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Focus Group Report: “Losing the American Dream”

ALEXANDRIA, Va. — Middle-class Americans around the nation are experiencing the effects of a weakened economy. And no one feels it more than middle-class women. These women are much more likely to understand the devastation of wage stagnation as they deal with the rising cost of everyday life such as groceries, gas and utility bills. With this in mind—and as part of a larger effort to develop and advocate for our next-generation conservative agenda—YG Network (a non-profit 501(c)(4) dedicated to promoting next-generation conservative policies) and its Woman Up! initiative launched a series of focus groups throughout the country to engage middle-class Americans on their policy priorities.

From June 24 through July 1, the focus groups were conducted by McLaughlin & Associates and included participants from four regions of the country: Phoenix, Arizona; Minneapolis, Minnesota; Palm Beach, Florida; and Manassas, Virginia. Each city had a focus group of tea party participants and swing voter participants.Even though the middle-class women in the focus groups came from different backgrounds, had different stories to tell, and came from different parts of the country—they were abundantly clear: they are concerned about the shrinking middle class.

The middle class has been shrinking in America. Moreover, their finances have been dwindling, as well. And they believe no one in Washington cares. There is a growing concern among middle-class women that no one is looking out for them. As one Swing participant in Phoenix put it, there is a prevalent belief out there that we’re “losing the American Dream.”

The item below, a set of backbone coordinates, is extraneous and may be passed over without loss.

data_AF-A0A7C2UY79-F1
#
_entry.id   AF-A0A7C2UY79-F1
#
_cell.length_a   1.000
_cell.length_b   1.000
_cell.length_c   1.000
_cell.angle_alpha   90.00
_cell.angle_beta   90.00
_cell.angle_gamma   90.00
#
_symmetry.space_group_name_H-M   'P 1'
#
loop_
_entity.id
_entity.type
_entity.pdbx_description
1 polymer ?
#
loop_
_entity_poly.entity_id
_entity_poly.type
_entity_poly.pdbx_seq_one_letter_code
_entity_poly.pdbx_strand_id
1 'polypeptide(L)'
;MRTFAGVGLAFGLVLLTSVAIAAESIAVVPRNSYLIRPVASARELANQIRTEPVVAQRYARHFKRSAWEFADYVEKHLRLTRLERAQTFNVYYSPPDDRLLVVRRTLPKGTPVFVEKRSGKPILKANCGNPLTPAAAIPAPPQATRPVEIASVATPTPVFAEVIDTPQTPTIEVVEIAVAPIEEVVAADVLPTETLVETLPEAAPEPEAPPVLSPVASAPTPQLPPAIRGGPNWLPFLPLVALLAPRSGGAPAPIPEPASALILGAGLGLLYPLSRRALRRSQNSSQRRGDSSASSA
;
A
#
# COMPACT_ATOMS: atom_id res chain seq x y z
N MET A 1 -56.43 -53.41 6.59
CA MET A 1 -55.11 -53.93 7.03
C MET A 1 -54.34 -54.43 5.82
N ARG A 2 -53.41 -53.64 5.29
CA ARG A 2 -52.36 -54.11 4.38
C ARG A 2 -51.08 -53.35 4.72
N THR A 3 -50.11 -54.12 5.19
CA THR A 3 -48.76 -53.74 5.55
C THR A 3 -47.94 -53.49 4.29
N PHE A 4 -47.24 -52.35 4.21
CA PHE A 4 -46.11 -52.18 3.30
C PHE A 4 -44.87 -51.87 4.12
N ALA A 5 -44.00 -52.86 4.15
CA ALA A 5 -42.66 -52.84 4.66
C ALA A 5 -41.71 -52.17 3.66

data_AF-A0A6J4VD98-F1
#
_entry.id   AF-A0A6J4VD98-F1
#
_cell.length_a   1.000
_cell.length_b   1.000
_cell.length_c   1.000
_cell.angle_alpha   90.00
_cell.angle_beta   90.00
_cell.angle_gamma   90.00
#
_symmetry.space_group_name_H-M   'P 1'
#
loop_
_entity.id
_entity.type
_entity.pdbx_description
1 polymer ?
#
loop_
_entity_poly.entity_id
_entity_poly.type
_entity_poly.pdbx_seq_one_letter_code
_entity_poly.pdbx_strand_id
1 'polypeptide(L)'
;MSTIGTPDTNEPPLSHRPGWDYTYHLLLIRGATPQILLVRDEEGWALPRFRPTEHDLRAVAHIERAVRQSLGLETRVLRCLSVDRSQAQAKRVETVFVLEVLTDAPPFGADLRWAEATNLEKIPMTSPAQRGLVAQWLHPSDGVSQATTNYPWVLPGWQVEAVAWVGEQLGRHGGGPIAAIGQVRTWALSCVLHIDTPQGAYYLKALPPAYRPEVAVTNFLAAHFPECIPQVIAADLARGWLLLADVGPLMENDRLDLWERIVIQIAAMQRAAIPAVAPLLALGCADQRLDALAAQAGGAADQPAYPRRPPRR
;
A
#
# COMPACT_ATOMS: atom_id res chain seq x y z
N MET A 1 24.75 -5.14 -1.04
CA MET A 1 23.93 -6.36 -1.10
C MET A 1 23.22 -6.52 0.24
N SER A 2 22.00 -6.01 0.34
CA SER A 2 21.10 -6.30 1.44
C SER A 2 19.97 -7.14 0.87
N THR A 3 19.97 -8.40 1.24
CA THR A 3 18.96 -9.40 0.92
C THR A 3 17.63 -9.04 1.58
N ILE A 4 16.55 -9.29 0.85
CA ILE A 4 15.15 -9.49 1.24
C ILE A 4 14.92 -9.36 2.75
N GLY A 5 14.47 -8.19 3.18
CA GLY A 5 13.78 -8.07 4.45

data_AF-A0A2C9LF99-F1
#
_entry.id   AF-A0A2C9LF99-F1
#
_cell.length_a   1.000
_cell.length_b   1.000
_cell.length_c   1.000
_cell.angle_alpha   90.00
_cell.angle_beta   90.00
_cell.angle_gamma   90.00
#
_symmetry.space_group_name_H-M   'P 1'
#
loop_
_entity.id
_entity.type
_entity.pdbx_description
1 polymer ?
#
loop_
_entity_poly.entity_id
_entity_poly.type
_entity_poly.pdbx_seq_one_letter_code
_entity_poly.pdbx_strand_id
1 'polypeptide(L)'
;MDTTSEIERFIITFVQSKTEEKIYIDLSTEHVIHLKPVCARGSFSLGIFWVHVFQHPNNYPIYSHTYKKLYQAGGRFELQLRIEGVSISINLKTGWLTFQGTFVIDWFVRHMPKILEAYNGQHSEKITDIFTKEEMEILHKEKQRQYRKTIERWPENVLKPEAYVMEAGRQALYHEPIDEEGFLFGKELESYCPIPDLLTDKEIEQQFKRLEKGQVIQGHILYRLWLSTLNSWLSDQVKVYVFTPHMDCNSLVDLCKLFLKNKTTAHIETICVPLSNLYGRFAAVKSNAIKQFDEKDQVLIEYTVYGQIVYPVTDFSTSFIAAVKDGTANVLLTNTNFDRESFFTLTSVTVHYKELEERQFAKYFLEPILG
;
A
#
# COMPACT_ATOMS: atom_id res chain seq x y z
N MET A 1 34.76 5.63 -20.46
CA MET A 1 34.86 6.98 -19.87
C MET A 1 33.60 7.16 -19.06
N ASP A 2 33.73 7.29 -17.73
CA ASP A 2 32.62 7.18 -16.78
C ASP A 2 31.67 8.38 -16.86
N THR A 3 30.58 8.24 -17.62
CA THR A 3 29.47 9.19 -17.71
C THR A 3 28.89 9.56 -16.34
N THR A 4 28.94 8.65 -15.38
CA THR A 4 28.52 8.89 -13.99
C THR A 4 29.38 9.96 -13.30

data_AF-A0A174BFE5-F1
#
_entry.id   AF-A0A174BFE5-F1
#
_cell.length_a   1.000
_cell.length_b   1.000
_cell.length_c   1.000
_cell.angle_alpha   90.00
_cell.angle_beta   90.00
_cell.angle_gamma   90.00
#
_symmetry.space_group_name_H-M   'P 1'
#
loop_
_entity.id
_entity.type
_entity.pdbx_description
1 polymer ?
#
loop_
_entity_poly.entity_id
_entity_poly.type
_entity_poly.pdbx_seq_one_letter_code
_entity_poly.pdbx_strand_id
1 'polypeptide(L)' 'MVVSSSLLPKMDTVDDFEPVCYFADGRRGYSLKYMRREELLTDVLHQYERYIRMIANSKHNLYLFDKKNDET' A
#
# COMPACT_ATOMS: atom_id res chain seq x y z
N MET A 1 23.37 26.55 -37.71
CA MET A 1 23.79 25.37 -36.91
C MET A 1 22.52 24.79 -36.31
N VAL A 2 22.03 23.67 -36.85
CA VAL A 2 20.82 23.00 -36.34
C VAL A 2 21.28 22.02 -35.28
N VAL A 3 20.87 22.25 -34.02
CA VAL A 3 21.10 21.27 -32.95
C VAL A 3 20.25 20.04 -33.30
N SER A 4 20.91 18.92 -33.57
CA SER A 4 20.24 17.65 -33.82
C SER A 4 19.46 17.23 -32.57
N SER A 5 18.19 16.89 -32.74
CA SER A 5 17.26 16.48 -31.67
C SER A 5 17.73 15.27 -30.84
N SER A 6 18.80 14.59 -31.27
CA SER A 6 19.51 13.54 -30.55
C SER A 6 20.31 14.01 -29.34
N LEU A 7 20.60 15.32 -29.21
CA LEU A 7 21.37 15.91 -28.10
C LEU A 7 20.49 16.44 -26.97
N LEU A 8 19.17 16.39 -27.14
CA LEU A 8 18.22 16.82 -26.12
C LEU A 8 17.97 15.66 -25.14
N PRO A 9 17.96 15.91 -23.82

The middle class is desperately seeking policy solutions that strengthen the economy, reduce government largesse, help the neediest, minimize government handouts and reward (or at least not punish) those who work hard and play by the rules.  However, they do not have faith in the politicians in Washington to bring about the necessary changes. Women of both subsets were insistent that the country is headed in the wrong direction and that middle-class families do not have a voice in Washington. They agree that there are not enough job prospects for their families or opportunities to save money. Throughout all the focus groups, women felt that the rich were benefiting from loopholes and that the poor were getting too many unfair handouts, but that they—who were working hard and playing by the rules­—could not catch a break.

These women recognized that the challenges the middle-class face are very real, and they won’t go away without serious policy changes. Some specific concerns of theirs include:

 Costs Up, Wages Down

 Affordable Higher Education

Middle-class women are very pragmatic. They are able to see both sides of an issue and expect Washington to be able to come up with practical, balanced solutions. Issues that women believe can be addressed in such a manner include:

Energy Independence and Reducing Energy Costs

Cutting Red Tape and Reducing Regulatory Costs

Reducing Our National Debt and Growing the Economy:


Caring for the Neediest: Welfare & Food Stamps

Of course there was no universal consensus on the policy specifics. But it is clear the middle class is hurting, and they want Washington to pay attention to them.

They are, after all, the backbone of the American economy. If the middle-class falls,there will be no recovery.

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Click here to see the full findings.